Hey David! No, that was just fine. Glad it was of use to you.
Meant to write this when #6 came out, but I've been busy on my own writing. The day job can be quite draining.
Kabuki: The Alchemy #6: "The Empiricist's New Clothes"... Aw, David. You had me at the title.
"Transmitting electrical energy through the natural mediums" indeed. I defy you to concoct a better description of what "The Alchemy" has been to date. A piece of sequential art that brings new legitimacy to the oft-used term "mixed media" (in an age of MULTImedia, it would almost seem archaic) in crafting its own metalanguage to deliver, in a sense, inspirational fragmentation grenades... the best art looks at art itself even as it causes us to look within ourselves.
From Wikipedia: "In the 19th century, as mainstream alchemy evolved into modern chemistry, its mystic and Hermetic aspects became the focus of a modern spiritual alchemy, where material manipulations are viewed as mere symbols of spiritual transformations." Akemi is a force that transcends what would appear to be her place within the concrete reality of oppressive, corrupt governments and media manipulation (there's that term again) in order to galvanize the slow-burning flames of artists around the world. "The war of art," she says at the end of the volume, and this has never been more true in our own world, as well as the fictional one that Mack portrays so vibrantly. With the advent of the latest net-borne generation, growing up in a world that has grown eerily close to the one Mack laid out back in "Circle of Blood" so long ago, art has swung back under the radar and serves equally to provide escape and to provoke political action.
(For more research fun, take a look at the "kappa," the Japanese mythical figure that Ukiko disguises herself as during her work at Nohland!)
Ukiko wonders again in this issue if Akemi really exists, or if the identity marked by that simply-drawn smiley face is just a superstructure, or a meme, that infects and provides transformation. In many ways, she is reacting from her own position as a woman who has lived behind and through masks, and struggles with it still. Because the answer to Akemi's identity really doesn't matter at all - if anything, it's both. The originator, the creator, is never as important as its creation, and "the Akemi energy," as Ukiko calls it, is bigger than any of them - but there is still the woman(?) whom Ukiko met face to face, the one with whom she shared "a kiss before dying."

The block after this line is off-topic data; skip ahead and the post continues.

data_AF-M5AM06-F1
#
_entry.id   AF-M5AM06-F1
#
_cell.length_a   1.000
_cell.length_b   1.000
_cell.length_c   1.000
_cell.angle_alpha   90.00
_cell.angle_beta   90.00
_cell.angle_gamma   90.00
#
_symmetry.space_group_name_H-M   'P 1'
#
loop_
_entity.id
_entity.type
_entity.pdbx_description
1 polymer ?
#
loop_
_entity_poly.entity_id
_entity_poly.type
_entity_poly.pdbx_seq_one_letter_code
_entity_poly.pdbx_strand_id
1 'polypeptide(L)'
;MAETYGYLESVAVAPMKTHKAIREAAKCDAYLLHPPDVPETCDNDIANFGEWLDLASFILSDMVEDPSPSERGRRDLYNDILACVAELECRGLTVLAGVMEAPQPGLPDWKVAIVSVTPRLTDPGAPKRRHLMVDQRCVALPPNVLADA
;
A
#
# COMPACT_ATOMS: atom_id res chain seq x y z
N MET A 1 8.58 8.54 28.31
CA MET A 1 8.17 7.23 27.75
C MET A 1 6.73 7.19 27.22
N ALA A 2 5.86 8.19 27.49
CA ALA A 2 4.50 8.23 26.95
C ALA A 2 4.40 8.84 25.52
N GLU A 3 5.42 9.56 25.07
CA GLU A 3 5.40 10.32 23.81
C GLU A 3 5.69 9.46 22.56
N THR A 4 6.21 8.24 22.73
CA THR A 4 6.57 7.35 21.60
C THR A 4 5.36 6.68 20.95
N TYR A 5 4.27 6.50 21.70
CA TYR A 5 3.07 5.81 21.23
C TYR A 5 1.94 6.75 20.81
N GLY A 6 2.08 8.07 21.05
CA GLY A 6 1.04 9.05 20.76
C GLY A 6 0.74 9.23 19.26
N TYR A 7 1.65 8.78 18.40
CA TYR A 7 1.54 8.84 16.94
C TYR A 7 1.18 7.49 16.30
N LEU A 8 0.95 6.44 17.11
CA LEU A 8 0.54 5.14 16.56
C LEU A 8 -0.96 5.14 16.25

In Alan Moore's "V for Vendetta," the most infamous scene is a familiar one to Kabuki readers. Evey Hammond is left to rot in a cell as they pump her for information; and a toilet paper message from a woman named Valerie, who loved her unconditionally without ever seeing her face, gives her the strength to survive. When the prison is revealed to be a fake, a lesson from V, they argue and V reveals that Valerie was real, but shows that the message, that hope and love, is beyond even the brave woman who died loving a cell mate she never met. The transformation that "Akemi" brings to each person is beyond any one person, but it does not negate the former Paper Tiger, the former Tigerlily, with whom Ukiko has bonded on a personal level.
(Alan Moore has also talked at length on the concept of "Idea Space" as mentioned in this issue, though from a different angle. Kabuki fans would definitely enjoy the recently collected "A Disease of Language," collecting interviews with Moore along with the mixed-media work of Eddie Campbell, collecting Moore's spoken-word pieces. It's probably the closest comic work, in style, to "Kabuki" itself.)
Akemi tells Ukiko that when they meet next issue, she will not show up "in the form that you are used to." Let the speculation begin: will she appear as the Noh agent she replaced? Will she validate the hints from "Metamorphosis" and appear as a man? Or will she appear as something - or someone - else entirely?
On a personal level, I was certainly happy to see one of my favorite supporting characters return this issue. Ukiko's new roommate is a great counterpoint, and the way their quests are so similar, despite the differences in their "art forms," makes for a great look into the creative process. After the previous issues and their prepping us to begin work, David now talks about how to KEEP working, and how to keep energy and ideas coming.
"The trick, of course, is to walk around accepted limitations." As always, Mack's opus does that with zeal.